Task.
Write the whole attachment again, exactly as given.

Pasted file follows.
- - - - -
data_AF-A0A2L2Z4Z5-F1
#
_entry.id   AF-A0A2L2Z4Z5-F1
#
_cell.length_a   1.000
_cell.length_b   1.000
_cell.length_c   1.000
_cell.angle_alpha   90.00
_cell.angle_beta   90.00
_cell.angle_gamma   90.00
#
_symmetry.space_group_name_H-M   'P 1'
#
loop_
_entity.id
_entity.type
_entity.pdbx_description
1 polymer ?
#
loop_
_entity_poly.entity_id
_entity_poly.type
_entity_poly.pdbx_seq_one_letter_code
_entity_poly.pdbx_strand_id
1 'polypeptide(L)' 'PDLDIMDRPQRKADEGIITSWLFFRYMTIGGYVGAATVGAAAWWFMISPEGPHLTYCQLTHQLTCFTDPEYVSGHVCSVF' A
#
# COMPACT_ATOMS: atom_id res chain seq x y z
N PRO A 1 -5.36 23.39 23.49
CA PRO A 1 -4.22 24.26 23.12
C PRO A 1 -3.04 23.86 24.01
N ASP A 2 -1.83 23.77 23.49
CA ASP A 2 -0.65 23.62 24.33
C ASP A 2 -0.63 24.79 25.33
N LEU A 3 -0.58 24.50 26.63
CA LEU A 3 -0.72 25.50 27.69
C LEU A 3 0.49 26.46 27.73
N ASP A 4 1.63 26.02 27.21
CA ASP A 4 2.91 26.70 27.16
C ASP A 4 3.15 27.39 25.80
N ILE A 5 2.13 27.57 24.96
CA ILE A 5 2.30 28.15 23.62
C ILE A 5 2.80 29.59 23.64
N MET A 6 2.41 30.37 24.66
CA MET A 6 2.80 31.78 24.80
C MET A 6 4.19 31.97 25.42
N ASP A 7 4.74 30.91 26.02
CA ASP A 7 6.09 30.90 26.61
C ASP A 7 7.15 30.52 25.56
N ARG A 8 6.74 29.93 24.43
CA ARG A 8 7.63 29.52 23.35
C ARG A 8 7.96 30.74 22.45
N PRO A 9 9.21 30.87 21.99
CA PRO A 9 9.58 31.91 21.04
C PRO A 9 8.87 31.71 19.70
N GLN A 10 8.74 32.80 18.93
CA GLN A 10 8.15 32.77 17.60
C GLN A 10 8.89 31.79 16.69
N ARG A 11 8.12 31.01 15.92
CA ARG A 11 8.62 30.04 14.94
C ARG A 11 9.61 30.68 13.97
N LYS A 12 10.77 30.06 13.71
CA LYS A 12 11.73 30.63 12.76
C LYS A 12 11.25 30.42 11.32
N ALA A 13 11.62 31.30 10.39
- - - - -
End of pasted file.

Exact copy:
data_AF-A0A2L2Z4Z5-F1
#
_entry.id   AF-A0A2L2Z4Z5-F1
#
_cell.length_a   1.000
_cell.length_b   1.000
_cell.length_c   1.000
_cell.angle_alpha   90.00
_cell.angle_beta   90.00
_cell.angle_gamma   90.00
#
_symmetry.space_group_name_H-M   'P 1'
#
loop_
_entity.id
_entity.type
_entity.pdbx_description
1 polymer ?
#
loop_
_entity_poly.entity_id
_entity_poly.type
_entity_poly.pdbx_seq_one_letter_code
_entity_poly.pdbx_strand_id
1 'polypeptide(L)' 'PDLDIMDRPQRKADEGIITSWLFFRYMTIGGYVGAATVGAAAWWFMISPEGPHLTYCQLTHQLTCFTDPEYVSGHVCSVF' A
#
# COMPACT_ATOMS: atom_id res chain seq x y z
N PRO A 1 -5.36 23.39 23.49
CA PRO A 1 -4.22 24.26 23.12
C PRO A 1 -3.04 23.86 24.01
N ASP A 2 -1.83 23.77 23.49
CA ASP A 2 -0.65 23.62 24.33
C ASP A 2 -0.63 24.79 25.33
N LEU A 3 -0.58 24.50 26.63
CA LEU A 3 -0.72 25.50 27.69
C LEU A 3 0.49 26.46 27.73
N ASP A 4 1.63 26.02 27.21
CA ASP A 4 2.91 26.70 27.16
C ASP A 4 3.15 27.39 25.80
N ILE A 5 2.13 27.57 24.96
CA ILE A 5 2.30 28.15 23.62
C ILE A 5 2.80 29.59 23.64
N MET A 6 2.41 30.37 24.66
CA MET A 6 2.80 31.78 24.80
C MET A 6 4.19 31.97 25.42
N ASP A 7 4.74 30.91 26.02
CA ASP A 7 6.09 30.90 26.61
C ASP A 7 7.15 30.52 25.56
N ARG A 8 6.74 29.93 24.43
CA ARG A 8 7.63 29.52 23.35
C ARG A 8 7.96 30.74 22.45
N PRO A 9 9.21 30.87 21.99
CA PRO A 9 9.58 31.91 21.04
C PRO A 9 8.87 31.71 19.70
N GLN A 10 8.74 32.80 18.93
CA GLN A 10 8.15 32.77 17.60
C GLN A 10 8.89 31.79 16.69
N ARG A 11 8.12 31.01 15.92
CA ARG A 11 8.62 30.04 14.94
C ARG A 11 9.61 30.68 13.97
N LYS A 12 10.77 30.06 13.71
CA LYS A 12 11.73 30.63 12.76
C LYS A 12 11.25 30.42 11.32
N ALA A 13 11.62 31.30 10.39